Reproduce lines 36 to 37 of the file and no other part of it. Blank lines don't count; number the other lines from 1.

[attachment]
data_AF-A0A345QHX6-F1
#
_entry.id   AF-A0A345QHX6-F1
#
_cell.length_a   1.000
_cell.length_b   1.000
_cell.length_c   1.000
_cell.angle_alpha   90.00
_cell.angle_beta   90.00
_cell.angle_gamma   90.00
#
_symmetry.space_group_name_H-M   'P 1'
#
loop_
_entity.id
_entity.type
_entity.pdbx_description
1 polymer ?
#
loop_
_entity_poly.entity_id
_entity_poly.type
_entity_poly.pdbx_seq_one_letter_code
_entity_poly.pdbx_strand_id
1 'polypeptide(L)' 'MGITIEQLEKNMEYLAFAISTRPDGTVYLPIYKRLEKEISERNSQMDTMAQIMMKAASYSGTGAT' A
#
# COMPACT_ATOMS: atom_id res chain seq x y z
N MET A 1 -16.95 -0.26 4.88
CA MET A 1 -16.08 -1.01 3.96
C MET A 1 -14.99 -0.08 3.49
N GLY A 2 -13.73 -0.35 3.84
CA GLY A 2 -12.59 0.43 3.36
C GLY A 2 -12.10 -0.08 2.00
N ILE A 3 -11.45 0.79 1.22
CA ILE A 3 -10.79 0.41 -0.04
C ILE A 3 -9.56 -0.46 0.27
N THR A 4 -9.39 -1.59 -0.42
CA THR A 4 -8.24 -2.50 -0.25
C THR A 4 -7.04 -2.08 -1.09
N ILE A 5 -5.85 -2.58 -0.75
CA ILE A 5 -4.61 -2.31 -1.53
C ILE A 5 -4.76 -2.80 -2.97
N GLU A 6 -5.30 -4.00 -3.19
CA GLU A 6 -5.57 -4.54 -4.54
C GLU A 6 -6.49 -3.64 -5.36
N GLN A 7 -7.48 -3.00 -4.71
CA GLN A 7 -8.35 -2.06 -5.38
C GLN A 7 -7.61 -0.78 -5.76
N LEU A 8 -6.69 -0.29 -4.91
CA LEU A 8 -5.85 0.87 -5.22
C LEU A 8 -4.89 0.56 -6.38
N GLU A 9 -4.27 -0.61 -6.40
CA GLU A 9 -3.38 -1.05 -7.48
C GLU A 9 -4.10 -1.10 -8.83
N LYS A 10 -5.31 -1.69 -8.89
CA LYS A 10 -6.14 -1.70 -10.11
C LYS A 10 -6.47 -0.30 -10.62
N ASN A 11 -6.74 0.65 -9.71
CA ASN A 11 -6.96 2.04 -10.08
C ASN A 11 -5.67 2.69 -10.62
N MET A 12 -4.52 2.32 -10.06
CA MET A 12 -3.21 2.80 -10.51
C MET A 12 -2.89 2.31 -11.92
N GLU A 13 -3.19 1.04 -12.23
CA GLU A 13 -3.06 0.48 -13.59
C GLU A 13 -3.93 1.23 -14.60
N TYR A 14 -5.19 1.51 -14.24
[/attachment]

C ILE A 3 -9.56 -0.46 0.27
N THR A 4 -9.39 -1.59 -0.42